“The goal of consolidation is to maximize resources for our students. The scope of work in this RFP could cost millions, and it’s work that has already been performed by our staff and trained professionals,” she said, proposing to delete large portions of the RFP, as things like curriculum have already been established. “This is duplicative and unnecessary. Any planning beyond 10 years is speculative, at best. We should be spending money on necessary issues for our students.”
Furtado said the Long Term Facilities Planning Committee (LTFPC), which recommended closing Aldrich and Gorton junior highs and moving those students to a re-purposed Warwick Vets super junior high and splitting Vets students between Pilgrim and Toll Gate high schools, looked at multiple options and came up with sound recommendations.
“I can’t see paying hundreds of thousands to duplicate what we already know,” she said. “It appears we will be on hold indefinitely until the [consultant’s] report is finished and we don’t have time to wait for that.”
Futado continued, saying, “We spent four years coming up with plans but they were tossed out the window. We’re wasting educational time for our students that they won’t get back.”
School Committee member Karen Bachus, who chaired the subcommittee that developed the RFP, said the purpose of the RFP is to look at what’s been done in the district and make recommendations, “not to reinvent the wheel.”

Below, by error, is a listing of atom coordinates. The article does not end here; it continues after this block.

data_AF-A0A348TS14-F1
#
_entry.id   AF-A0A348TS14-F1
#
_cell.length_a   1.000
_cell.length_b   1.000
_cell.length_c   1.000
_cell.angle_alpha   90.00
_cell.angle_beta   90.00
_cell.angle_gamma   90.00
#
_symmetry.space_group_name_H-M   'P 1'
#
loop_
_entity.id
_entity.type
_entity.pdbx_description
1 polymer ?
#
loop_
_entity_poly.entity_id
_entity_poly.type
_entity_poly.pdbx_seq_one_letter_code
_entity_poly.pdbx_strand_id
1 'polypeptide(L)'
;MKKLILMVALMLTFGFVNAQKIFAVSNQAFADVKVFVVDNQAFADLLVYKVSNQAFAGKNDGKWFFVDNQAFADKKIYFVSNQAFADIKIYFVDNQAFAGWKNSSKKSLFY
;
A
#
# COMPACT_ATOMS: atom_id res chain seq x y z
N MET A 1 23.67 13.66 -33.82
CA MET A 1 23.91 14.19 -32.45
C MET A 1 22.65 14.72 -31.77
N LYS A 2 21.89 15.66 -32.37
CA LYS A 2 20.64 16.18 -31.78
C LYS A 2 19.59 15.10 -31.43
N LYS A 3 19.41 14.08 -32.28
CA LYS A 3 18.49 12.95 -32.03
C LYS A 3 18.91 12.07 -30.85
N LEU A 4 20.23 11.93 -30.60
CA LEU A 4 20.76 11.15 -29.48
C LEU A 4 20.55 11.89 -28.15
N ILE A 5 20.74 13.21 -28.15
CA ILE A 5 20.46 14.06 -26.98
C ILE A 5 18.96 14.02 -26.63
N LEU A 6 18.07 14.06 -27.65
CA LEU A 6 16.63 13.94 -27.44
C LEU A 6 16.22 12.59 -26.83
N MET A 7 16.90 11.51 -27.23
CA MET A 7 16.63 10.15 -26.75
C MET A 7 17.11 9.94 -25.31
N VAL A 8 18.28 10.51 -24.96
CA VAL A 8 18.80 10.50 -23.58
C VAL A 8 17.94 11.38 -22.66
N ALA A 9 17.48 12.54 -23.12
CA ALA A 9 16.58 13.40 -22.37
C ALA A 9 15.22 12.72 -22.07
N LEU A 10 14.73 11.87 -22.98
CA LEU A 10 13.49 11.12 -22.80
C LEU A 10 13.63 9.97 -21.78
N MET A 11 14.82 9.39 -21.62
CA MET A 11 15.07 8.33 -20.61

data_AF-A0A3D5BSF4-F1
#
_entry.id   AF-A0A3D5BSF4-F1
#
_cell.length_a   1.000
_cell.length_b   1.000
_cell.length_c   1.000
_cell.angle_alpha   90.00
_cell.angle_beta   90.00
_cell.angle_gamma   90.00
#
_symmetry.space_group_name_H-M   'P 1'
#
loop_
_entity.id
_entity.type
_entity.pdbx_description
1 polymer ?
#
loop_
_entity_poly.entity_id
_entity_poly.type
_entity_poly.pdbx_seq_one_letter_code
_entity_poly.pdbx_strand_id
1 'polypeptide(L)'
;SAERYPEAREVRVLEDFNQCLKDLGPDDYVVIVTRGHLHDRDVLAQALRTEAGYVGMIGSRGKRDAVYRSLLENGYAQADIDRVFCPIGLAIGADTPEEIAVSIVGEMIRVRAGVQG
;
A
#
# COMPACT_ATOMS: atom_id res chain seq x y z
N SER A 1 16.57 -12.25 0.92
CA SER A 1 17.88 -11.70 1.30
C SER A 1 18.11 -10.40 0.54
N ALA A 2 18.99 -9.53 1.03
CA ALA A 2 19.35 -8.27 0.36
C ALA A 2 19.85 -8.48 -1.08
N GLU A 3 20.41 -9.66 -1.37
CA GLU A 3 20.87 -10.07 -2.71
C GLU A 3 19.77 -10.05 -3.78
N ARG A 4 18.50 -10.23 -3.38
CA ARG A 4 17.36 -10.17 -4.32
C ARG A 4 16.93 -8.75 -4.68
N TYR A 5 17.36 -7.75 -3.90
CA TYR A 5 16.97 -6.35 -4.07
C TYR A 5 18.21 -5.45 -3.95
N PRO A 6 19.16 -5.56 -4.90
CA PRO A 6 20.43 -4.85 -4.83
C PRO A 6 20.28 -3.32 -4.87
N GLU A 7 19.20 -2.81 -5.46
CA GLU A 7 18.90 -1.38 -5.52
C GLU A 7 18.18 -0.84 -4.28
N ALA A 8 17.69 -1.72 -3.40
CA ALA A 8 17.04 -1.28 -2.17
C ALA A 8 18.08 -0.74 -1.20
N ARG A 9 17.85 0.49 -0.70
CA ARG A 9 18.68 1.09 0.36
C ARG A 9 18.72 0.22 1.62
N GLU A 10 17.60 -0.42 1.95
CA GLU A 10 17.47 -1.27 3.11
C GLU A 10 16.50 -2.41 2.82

“There’s a lot we can do and look at with the buildings that we have,” she said. “The ongoing reporting would be done by us [school committee and school administration], not by the consultant, so that we’re always going forward and planning for the future to do the best for our kids.”
School Committee member Jennifer Ahearn, who also served on the RFP subcommittee, said the plan is for the consultant to develop a three- to five-year plan that conceptually moves out in five-year increments, 10, 15 and 20 years, in an ongoing manner.
“The further out you go, the more conceptual it becomes,” Bachus said. “We want to put a process in place to avoid having constant delays or getting caught short with technological advances.”
School Committee member Eugene Nadeau voted in favor of hiring an outside consultant because he felt the LTFPC recommendation was too limited in scope.
“You don’t close Vets three months after [you develop] the report and then close Aldrich and Gorton one year later,” he said. “There are 18 other schools that were not looked at. We hope the consultant will look at all 24 schools and issue a report accordingly.”
Nadeau reiterated his wish to see sixth grade moved up to the junior highs to create a true middle school model, with grades 6 through 8, and full implementation of all-day kindergarten before any consolidation is considered.
“It may take three or four years, but then we can take a long-term look at the district and consider consolidation for all schools,” he said.